Country: Japan

Genre: Action/Fantasy

Running Time: 89'


Yuji Shimomura


Tak Sakaguchi, Takamasa Suga, Yoko Fujita, Kentaro Seagal


*** (3)

Story: In an unknown place and unknown time (where ninjas, zombies, motorcycles and rocket launchers co-exist), there is a lone samurai whom the credits label as 'Grave'. His aim is destruction. He's looking for the final battle. For such purposes, he has stolen a mysterious coffin from a temple. It is a powerful object, though few agree on the exact power that resides in it, and some even claim it would unleash destruction upon the Earth if opened. Many people want it. Many people fight to get it. Grave is more than happy to oblige.

Review: ''An unknown time. An unknown place. Without reasons. With no future. His only desire is... Destruction!'' If this braindead tagline speaks to you, you're gonna love the flick. They didn't lie. The time is unknown: just when you think this must be a period piece with ninjas, samurais, ancient temples etc. you get to see heat-seeking missiles and motorcycles. The place is most likely Japan, though it's a Japan you've rarely seen, verging between feudal forests and post-apocalyptic landscapes. The 'without reasons' part of that tag-line is an honest warning not to look for any reason here. Character motivation tends toward zero since more care has been given to their look, the costumes they wear and weaponry they carry than to the 'people' inside the elaborate fancy-wear. 'There is no future' means – there is no end to DEATH TRANCE: what you get is a 'to be continued' coda promising the possibility of the next chapter (which may or may not come). And finally, our protagonist's only desire is – you guessed it! – destruction! Hell, yeah! That's something we can all sympathize with! That's why this flick will be adored by teen boys of all ages.

Our main guy remains nameless throughout the flick, but end credits helpfully announce that he calls himself 'Grave' (since no one else does). He's embodied by Tak Sakaguchi (and I stress 'embodied', for to say 'played by' would imply that there is some acting involved, which would be too far-fetched). Sakaguchi is the action star of VERSUS and BATTLEFIELD BASEBALL, two films which in a manner similar to DEATH TRANCE bent over backwards in order to please the fanboys, dispensing with plot logic and other inconveniencies that stand in the way of outrageous set-pieces. He is a charismatic guy: big, long-haired, with a large sword… he's like a manga character come to life. He's got the looks and he's got the moves. He's most comfortable doing action scenes, and since his no-name 'character' is defined through yearning for destruction (of what? why? aw, forget it!), it comes as a handy excuse for the meat of this film: the fight scenes.

That's where Yuji Shimomura comes into play. He was an action director in Ryuhei Kitamura's VERSUS and ARAGAMI, and in his first film as a director he proves he has a good eye for organizing and framing a fight scene. While VERSUS was a bit repetitive (and, at two hours, a tad overlong), DEATH TRANCE showcases a better sense of timing and variation. Sakaguchi has to fight very different and strikingly colorful opponents, and he's doing it using various weaponry, in different settings, so that you never feel déjà vu. The fights are choreographed well, but are devoid of suspense, since 'Grave' takes very few punches and there is never a real sense of danger or possibility that he could have his ass kicked. He's too cool for that. So, this is basically a ballet film for guys who wouldn't be caught dead watching a real ballet. There's something very gay about all these cute guys, always made up with eyeliners and stuff, carefully dressed and with elaborate hairstyles (just look at that piece on Steven Segal's son: it must've taken a few hours to create that thing on his head, and no matter how much he's punched or thrown around, his hair always stays firm and ready for a photo-shoot). This is a guys' universe with females being either undefined side characters (like a one-dimensional, nameless female fighter, or the two female ninjas) or - Goddesses of Destruction.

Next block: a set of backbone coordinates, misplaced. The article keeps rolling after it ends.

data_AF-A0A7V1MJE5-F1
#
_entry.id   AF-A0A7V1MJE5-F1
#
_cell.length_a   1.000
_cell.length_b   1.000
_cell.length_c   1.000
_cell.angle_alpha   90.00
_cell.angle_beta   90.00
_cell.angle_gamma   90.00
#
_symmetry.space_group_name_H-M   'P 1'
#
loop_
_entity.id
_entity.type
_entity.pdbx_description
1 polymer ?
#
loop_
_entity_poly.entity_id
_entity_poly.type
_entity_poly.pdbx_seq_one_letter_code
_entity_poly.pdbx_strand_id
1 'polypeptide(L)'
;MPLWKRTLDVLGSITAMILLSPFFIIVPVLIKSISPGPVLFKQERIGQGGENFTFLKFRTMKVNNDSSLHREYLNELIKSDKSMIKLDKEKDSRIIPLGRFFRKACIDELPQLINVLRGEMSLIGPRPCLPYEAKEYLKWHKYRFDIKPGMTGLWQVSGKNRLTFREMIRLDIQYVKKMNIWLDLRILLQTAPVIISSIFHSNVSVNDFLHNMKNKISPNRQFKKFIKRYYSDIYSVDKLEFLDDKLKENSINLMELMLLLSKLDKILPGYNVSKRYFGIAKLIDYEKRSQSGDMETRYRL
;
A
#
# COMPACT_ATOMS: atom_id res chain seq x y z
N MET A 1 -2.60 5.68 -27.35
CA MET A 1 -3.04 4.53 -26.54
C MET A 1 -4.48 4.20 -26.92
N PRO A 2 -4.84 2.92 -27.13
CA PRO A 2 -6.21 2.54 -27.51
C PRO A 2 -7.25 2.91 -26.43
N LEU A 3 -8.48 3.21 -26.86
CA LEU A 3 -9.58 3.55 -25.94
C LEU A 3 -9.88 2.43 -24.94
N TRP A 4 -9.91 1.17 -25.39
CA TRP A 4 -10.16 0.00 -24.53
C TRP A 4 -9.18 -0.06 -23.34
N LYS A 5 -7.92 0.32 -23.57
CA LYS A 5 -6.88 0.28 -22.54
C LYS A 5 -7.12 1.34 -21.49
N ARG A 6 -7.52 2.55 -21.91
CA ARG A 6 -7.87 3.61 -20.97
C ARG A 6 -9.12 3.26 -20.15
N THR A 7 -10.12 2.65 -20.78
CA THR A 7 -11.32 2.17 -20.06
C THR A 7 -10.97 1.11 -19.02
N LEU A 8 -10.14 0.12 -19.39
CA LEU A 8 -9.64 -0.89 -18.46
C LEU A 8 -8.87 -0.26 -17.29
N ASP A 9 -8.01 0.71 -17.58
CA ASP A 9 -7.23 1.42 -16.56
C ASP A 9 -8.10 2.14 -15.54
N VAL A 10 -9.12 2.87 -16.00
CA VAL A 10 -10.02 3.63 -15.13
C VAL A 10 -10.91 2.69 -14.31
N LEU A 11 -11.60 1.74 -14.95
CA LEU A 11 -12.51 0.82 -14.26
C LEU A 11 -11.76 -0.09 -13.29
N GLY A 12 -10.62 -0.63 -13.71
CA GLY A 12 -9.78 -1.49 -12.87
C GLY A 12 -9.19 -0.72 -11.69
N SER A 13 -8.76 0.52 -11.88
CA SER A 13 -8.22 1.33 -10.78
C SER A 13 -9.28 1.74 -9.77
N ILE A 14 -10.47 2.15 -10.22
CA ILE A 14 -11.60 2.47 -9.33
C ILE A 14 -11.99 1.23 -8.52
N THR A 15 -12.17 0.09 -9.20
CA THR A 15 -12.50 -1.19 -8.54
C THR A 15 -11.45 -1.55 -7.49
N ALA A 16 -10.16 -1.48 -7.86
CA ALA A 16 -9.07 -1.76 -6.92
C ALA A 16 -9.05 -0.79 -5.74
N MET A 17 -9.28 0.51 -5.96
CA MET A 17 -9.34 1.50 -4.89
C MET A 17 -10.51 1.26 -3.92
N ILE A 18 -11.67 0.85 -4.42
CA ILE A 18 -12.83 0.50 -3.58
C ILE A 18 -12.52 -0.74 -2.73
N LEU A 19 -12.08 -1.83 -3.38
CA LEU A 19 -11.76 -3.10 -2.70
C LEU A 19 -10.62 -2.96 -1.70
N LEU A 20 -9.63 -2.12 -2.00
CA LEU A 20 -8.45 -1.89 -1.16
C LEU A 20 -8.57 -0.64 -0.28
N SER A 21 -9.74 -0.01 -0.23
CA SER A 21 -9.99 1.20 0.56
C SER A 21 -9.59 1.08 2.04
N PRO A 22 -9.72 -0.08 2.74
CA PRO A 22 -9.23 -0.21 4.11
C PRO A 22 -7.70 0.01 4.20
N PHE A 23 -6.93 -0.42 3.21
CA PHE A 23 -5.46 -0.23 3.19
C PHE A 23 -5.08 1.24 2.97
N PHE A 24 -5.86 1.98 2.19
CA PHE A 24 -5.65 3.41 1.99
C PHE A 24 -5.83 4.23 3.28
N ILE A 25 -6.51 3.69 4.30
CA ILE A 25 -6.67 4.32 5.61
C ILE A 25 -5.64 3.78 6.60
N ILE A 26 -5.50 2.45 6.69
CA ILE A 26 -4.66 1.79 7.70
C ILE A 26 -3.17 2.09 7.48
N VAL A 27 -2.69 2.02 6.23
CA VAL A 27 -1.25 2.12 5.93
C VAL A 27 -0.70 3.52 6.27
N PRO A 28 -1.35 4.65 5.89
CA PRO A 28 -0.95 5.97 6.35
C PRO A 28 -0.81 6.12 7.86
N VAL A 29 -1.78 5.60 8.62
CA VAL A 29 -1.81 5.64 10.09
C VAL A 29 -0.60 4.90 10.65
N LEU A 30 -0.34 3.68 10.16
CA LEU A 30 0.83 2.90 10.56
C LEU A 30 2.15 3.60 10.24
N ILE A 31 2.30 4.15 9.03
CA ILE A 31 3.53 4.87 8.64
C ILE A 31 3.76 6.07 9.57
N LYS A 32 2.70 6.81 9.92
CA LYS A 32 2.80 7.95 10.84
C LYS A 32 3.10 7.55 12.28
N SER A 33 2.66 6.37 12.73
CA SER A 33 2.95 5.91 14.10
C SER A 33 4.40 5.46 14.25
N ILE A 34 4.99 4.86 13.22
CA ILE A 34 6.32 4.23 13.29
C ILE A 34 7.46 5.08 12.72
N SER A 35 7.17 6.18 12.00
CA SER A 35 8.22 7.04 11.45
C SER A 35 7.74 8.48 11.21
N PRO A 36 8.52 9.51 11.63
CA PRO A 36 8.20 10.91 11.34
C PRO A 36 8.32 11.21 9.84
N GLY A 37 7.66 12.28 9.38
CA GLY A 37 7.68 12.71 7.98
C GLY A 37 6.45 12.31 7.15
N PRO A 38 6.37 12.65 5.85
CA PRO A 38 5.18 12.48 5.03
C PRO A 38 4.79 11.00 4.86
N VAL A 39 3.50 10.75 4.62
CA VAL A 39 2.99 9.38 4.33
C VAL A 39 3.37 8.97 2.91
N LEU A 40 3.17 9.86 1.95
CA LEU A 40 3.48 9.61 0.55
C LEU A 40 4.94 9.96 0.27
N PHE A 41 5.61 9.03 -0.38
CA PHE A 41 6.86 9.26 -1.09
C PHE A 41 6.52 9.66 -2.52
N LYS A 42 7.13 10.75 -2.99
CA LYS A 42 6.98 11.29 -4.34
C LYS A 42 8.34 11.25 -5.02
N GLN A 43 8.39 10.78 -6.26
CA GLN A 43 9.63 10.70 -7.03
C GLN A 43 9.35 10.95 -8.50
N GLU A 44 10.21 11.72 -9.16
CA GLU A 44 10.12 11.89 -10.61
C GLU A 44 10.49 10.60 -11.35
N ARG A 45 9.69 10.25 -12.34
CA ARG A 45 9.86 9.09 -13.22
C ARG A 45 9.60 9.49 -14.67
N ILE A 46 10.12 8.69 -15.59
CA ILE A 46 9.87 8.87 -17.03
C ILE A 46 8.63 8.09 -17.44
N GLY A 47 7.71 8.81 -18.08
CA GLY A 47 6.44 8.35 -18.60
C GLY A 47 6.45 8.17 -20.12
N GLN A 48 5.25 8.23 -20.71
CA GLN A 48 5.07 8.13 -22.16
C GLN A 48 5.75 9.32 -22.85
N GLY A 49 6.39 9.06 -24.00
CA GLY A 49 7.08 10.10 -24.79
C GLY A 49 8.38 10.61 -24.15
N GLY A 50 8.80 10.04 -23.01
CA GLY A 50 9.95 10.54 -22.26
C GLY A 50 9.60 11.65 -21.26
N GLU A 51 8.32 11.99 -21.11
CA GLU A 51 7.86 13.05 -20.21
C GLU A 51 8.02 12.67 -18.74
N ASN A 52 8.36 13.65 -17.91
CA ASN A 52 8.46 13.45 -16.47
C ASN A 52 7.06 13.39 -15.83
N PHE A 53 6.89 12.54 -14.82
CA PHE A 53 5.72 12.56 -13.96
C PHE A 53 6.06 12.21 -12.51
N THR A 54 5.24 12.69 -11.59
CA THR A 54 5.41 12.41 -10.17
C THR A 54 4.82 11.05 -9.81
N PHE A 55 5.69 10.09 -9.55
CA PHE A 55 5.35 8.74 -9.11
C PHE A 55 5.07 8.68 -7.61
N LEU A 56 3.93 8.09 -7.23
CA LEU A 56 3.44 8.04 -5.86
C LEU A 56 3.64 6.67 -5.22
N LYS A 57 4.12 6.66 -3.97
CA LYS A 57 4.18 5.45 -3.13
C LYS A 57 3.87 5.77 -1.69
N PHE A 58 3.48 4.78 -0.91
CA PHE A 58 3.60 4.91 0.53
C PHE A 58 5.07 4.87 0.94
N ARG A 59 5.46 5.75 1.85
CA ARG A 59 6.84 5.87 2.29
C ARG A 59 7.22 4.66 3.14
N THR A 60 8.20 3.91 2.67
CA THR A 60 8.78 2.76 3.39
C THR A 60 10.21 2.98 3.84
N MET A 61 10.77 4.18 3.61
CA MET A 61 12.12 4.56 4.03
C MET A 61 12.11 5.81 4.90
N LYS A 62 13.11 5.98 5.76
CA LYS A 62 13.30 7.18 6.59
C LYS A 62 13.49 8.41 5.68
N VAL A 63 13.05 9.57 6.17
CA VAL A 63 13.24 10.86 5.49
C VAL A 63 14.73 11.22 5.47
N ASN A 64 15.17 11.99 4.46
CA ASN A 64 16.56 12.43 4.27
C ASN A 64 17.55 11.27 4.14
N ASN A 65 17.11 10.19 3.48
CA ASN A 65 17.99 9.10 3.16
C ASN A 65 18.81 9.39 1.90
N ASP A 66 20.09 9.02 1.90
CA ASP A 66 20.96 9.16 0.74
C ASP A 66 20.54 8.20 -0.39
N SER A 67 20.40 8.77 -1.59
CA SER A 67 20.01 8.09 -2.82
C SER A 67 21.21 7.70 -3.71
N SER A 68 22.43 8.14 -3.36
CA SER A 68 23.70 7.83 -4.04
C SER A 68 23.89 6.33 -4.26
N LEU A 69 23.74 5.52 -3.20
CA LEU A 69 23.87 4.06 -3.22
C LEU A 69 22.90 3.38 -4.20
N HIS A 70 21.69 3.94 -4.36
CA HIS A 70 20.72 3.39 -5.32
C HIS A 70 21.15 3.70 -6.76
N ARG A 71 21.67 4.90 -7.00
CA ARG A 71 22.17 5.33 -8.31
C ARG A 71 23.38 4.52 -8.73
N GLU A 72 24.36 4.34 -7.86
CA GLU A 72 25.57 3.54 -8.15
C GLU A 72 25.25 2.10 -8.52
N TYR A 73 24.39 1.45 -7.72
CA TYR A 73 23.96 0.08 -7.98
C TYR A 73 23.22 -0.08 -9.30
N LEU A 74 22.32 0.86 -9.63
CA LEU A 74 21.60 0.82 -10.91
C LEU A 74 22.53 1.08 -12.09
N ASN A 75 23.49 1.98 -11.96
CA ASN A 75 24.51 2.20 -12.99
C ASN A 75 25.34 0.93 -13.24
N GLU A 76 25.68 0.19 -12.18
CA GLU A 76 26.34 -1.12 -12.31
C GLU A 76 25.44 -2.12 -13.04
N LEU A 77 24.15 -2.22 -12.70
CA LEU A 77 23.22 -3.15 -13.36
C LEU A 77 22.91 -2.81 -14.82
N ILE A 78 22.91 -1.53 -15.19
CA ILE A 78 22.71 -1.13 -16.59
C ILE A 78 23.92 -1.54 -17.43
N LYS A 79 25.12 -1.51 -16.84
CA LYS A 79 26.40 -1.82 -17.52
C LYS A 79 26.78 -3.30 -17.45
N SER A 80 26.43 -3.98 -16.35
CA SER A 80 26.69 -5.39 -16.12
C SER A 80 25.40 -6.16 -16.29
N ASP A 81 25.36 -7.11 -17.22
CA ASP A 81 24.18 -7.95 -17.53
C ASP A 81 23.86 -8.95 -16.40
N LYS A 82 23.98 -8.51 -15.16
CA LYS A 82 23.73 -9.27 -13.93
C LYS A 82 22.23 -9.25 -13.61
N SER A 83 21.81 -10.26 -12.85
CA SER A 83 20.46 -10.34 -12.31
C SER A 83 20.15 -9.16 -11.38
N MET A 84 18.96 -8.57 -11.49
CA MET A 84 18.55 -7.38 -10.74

Does this mean that DEATH TRANCE is a bad film? Hell, no! If you accept it on its own terms – which boils down to the phrase 'mindless entertainment' – it will deliver exactly that. It is vivid, fine looking, dynamic, original, full of WTF moments, creepy, funny, silly, and essentially puerile in the best sense of the word. Unlike VERSUS, it has very little gore: the fights are almost devoid of red stuff splatter while the 'zombies' that some reviews mention are just some guys in black opera costumes with eye make-up. The flick is a Japanese equivalent of PG-13 rating so it can be freely consumed by under-age viewers. They are, after all, its main audience. Like I said, if you can deal with the silliness promised by its tagline, there's enough to be enjoyed here.

DVD [ NTSC, Region 1 ] : As this is entirely a 'style over substance' kind of flick, it gets an adequate treatment: the image (1.78:1 anamorphic), the colors, the contrasts are as clean and sharp as the wildest fetishists could possibly want them to be, and the same goes for the sound, too. Other than Japanese audio (in 2.0 and 5.1), there is an English dub available (in both 2.0 and 5.1.) for those fanboys unable to read the subtitles. There are not too many extras, the main one being a brief, but entertaining interview with Sakaguchi (in 'Grave' costume: you just won't get to see him in everyday clothes!). Bits of this interview are repeated in the 'making of' segment which is way too short for a film like this. Anyway, since DEATH TRANCE is not something to be thought about or discussed and analyzed, but to be watched and experienced, this DVD dispenses with too much talk or behind the screens and provides the meat (the action in the film itself) in a superb manner.

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